II. THE DISCIPLES OF CHRIST, DISCIPLED THROUGH CHRIST’S HUMAN LIVING, CRUCIFIXION, AND RESURRECTION
The constituents of the vital groups are the disciples of Christ (Matt. 5:1). In Matthew 28:19 the Lord Jesus said to His disciples, "Go therefore and disciple all the nations." The nations here are the Gentiles. To disciple the Gentiles is to constitute the Gentiles into the disciples of Christ. The Lord Jesus, in particular, discipled four people of two families: Peter and Andrew and James and John. He discipled them for about three and a half years. They followed the Lord and stayed with Him day and night, traveling with Him, eating with Him, and doing everything with Him. They were living with Him and were around Him all the time. They saw how this God-man behaved. They observed Him. He was a Jew, who no doubt bore a Jewish countenance. He had Jewish blood and Jewish flesh with the human life and nature. But He lived by another life in His human life. This other life is the divine life. Because He lived the divine life in His human life, His human life became mystical, a mystery. Out from His human life came something divine.
Whatever the Lord did on earth in those three and a half years was a sign, signifying something (John 2:11—note 2). Every miracle is a sign. The Lord’s feeding of the five thousand with five loaves and two fish was a miracle. The disciples must have been excited when they saw such a great thing, but afterward the Lord directed them to pick up all the fragments which were left over. That was also a sign (Matt. 14:20—note 1). The Lord was divine and mystical. He did and said everything as a sign.
In John 8 a sinful woman was brought to the Lord. Eventually, He said to her, "Has no one condemned you?" (v.10). "And she said, No one, Lord. And Jesus said, Neither do I condemn you; go, and from now on sin no more" (v. 11). This was also a sign. The Lord Jesus was God expressed, yet He would not condemn a sinner. Is this not something mystical? He was a divine and mystical person living in the divine and mystical realm, doing everything in a divine and mystical way. We should be such persons. If we are working in an office, those around us should have the feeling that there is something extraordinary about us. This extraordinary thing is divine and mystical. We all need to be discipled by the Lord to be divine and mystical persons.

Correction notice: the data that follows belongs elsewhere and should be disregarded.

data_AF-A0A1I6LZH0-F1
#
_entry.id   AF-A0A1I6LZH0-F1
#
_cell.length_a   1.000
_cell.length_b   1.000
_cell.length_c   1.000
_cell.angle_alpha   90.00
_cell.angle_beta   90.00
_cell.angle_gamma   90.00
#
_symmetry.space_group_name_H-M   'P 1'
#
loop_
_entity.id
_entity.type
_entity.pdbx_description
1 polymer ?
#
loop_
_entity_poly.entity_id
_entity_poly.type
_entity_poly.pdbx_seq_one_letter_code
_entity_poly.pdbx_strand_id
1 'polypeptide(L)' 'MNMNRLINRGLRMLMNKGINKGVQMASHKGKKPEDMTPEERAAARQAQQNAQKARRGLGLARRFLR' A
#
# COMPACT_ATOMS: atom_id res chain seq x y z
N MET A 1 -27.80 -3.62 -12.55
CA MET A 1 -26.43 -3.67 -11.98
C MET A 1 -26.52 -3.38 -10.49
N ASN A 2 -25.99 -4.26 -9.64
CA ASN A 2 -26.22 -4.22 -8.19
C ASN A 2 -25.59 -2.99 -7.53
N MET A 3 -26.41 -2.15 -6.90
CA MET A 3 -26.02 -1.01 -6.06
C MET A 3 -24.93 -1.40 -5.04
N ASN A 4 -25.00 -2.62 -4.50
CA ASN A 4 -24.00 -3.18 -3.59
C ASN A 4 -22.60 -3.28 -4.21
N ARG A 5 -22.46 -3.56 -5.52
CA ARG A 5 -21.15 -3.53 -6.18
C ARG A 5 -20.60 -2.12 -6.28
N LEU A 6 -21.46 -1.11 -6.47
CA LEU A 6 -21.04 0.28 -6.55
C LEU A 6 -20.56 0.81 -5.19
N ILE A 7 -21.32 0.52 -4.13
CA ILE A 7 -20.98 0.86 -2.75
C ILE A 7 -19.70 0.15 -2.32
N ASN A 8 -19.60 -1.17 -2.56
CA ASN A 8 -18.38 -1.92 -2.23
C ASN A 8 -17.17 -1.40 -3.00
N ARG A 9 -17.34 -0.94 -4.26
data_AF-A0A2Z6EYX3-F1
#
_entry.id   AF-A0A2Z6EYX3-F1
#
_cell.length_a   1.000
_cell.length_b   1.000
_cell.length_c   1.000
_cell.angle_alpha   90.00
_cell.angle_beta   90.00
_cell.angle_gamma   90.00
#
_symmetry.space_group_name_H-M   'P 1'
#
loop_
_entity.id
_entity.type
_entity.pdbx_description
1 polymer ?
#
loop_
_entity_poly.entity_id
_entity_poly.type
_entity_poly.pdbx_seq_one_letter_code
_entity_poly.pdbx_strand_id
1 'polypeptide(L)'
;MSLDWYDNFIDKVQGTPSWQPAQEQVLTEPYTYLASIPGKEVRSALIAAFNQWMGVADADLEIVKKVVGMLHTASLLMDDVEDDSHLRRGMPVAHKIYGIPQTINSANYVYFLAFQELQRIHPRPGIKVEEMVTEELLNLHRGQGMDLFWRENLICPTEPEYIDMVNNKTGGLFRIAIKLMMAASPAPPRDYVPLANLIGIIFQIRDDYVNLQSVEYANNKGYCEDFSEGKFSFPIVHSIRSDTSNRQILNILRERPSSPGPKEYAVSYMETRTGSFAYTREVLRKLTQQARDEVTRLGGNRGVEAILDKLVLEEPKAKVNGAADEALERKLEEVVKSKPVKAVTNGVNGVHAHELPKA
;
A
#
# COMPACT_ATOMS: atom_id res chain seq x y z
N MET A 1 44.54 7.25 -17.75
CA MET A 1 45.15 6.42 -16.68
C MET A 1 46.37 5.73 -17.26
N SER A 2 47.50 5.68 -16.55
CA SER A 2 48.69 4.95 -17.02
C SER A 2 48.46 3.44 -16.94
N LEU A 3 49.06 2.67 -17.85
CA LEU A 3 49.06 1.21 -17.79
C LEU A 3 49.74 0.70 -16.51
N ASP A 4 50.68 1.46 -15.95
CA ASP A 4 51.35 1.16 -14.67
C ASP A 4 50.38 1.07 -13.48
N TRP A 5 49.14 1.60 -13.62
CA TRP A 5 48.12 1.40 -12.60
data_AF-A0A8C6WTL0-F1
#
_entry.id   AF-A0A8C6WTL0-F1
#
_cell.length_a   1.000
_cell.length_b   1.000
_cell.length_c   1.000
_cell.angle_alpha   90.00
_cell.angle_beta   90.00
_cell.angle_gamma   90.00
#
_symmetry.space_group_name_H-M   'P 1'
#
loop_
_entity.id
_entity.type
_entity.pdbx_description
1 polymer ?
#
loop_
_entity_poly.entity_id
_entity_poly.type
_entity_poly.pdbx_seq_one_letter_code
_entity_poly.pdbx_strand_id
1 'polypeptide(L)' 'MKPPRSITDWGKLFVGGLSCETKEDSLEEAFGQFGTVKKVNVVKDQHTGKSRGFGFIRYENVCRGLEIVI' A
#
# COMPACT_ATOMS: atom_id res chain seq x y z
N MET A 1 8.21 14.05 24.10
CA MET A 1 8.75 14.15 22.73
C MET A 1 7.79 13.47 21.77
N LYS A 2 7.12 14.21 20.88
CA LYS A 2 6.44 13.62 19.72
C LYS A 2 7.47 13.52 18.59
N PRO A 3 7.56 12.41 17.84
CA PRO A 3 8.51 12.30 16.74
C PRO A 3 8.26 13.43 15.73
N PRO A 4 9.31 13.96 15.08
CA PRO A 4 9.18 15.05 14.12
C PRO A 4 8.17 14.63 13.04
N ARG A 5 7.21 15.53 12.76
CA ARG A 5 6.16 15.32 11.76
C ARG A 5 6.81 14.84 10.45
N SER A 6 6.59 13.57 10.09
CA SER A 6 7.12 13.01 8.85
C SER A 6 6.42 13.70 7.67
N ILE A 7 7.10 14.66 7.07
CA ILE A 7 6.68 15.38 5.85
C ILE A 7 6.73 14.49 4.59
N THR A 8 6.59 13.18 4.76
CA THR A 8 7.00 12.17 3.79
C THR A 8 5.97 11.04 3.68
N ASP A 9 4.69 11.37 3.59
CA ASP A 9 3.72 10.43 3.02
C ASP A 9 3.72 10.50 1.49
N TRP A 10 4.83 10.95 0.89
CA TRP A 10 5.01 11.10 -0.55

By the Lord’s mercy, I was able to write Hymns, #203 because of the Lord’s discipling. Stanza 4 of this hymn says:
We’re Thy total reproduction, Thy dear Body and Thy Bride, Thine expression and Thy fullness, For Thee ever to abide. We are Thy continuation, Thy life-increase and Thy spread, Thy full growth and Thy rich surplus, One with Thee, our glorious Head.
I wrote this hymn in my sixties, after I had been discipled by the Lord for about forty years.
The disciples who followed the Lord for three and a half years saw what He did, how He behaved, and how He spoke. That discipled them. They saw Christ’s human living, His death on the cross for six hours, and they saw Him in resurrection. Christ used these three processes—His human living, His all-inclusive, all-terminating, life-releasing, and new-man-creating death, and His life-dispensing resurrection—to disciple His followers.
In resurrection He became the life-giving Spirit and entered into them. He breathed Himself into them, saying, "Receive the Holy Spirit" (John 20:22). In Genesis 2 God formed man from the dust of the ground and breathed into man the breath of life (v. 7). This caused man to become living, that is, a living person. On the day of His resurrection Christ breathed Himself into His disciples and they also became living. They were made alive with the divine life. The Spirit of life and of reality who was breathed into them would guide them into all the reality of what they had observed of the Lord when they were with Him for three and a half years. I was in the recovery observing how Brother Watchman Nee acted for eighteen years. All that I observed in him became things discipling me.
A. Christ’s Human Living
The followers of Christ were discipled through Christ’s human living on the earth, as the model of a God-man—living God by denying Himself in humanity (John 5:19, 30), revolutionizing their concept concerning man (Phil. 3:10; 1:21a). The concept of the disciples was revolutionized by what they saw of the Lord Jesus living God by denying Himself in His humanity.
(The Vital Groups, Chapter 2, by Witness Lee)